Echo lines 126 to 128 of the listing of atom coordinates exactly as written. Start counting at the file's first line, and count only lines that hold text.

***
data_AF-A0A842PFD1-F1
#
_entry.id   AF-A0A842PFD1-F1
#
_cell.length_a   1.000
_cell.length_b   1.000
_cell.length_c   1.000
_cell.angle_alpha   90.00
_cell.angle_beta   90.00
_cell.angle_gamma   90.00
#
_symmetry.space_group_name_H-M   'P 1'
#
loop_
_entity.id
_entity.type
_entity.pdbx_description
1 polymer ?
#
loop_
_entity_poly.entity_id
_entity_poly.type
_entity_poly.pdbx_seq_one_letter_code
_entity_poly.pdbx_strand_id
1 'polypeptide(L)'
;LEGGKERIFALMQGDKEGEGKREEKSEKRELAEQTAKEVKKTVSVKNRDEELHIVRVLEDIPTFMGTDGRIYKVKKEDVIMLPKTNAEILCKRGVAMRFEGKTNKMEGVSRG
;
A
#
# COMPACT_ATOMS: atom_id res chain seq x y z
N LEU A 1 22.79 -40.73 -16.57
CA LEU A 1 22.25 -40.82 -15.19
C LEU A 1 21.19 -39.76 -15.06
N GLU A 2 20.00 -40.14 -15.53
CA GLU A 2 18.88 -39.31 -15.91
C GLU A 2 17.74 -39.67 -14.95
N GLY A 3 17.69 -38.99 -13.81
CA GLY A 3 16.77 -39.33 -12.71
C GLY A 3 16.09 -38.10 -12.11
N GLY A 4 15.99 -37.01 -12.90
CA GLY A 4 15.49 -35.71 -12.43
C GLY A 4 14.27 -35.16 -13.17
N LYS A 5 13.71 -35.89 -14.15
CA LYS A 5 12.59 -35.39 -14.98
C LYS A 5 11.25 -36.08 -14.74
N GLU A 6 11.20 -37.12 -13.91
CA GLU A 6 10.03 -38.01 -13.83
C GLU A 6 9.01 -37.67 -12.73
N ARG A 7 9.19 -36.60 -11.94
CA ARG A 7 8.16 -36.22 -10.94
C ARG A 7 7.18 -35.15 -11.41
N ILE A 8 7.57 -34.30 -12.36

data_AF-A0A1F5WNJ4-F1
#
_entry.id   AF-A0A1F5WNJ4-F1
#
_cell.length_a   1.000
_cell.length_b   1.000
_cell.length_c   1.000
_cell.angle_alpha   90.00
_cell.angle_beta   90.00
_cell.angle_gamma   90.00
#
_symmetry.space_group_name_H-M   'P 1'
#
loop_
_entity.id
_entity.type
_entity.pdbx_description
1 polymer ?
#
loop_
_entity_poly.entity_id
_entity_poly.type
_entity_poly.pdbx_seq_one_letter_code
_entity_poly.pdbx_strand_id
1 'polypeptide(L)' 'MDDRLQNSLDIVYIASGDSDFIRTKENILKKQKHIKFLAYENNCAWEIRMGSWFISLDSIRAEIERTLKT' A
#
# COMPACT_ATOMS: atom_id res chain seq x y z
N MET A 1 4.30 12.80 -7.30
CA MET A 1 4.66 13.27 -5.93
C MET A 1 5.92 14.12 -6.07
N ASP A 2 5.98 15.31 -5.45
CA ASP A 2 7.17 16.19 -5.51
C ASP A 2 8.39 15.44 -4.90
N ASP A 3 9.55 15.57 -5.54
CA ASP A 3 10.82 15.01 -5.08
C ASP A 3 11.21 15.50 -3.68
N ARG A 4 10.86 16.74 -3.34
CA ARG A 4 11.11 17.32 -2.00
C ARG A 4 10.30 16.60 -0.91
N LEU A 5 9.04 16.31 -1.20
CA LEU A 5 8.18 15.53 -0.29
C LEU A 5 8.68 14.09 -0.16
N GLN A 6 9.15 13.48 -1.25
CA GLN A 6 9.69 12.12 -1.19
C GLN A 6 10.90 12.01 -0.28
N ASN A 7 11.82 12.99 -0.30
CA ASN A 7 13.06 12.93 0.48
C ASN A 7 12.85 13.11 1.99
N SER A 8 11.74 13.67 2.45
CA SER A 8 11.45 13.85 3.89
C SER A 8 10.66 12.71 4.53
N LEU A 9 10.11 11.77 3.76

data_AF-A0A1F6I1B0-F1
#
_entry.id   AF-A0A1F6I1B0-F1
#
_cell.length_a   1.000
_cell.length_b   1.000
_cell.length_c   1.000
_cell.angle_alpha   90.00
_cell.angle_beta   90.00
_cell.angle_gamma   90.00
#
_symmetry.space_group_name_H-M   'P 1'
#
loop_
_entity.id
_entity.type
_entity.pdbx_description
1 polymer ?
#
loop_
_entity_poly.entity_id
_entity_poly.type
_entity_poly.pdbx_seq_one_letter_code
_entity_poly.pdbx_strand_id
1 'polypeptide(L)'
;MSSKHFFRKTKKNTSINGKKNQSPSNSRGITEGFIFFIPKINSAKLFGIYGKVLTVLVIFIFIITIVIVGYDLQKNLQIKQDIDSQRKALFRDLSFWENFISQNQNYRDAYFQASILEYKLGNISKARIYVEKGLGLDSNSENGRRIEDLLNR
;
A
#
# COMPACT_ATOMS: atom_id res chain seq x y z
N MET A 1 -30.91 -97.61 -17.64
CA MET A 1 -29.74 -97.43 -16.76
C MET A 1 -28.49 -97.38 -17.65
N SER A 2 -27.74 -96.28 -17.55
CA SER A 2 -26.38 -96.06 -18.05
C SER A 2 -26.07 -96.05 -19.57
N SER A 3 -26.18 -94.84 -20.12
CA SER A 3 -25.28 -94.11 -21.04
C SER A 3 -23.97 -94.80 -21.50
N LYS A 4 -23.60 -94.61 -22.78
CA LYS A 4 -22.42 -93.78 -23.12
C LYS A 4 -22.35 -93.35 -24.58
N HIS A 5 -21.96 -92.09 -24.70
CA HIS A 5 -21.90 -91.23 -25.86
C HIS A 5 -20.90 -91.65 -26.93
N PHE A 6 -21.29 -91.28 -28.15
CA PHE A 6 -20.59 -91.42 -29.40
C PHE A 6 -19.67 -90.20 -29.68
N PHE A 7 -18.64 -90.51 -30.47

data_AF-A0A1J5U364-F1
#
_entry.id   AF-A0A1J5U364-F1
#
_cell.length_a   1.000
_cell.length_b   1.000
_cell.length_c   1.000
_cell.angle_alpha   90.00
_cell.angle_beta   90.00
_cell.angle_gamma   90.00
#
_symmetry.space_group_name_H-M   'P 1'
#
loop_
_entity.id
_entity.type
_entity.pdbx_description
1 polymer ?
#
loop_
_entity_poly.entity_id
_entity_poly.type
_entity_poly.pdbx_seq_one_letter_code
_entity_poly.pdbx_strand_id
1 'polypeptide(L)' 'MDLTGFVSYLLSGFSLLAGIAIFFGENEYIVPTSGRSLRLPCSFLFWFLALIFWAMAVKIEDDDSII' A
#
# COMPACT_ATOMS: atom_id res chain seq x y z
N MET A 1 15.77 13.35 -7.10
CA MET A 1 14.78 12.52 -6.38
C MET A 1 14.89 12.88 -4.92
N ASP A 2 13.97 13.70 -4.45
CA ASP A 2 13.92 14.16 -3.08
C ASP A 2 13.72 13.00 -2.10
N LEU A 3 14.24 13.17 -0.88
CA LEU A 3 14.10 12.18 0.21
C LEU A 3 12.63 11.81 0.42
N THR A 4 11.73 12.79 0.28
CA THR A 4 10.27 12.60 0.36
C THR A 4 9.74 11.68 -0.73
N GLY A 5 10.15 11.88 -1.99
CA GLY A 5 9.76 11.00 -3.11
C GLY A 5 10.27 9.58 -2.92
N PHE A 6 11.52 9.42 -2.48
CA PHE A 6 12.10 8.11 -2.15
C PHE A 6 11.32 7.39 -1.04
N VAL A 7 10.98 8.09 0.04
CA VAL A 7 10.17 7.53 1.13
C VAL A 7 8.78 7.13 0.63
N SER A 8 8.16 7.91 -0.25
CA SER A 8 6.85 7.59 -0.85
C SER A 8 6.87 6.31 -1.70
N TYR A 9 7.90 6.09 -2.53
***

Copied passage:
_entity_poly.type
_entity_poly.pdbx_seq_one_letter_code
_entity_poly.pdbx_strand_id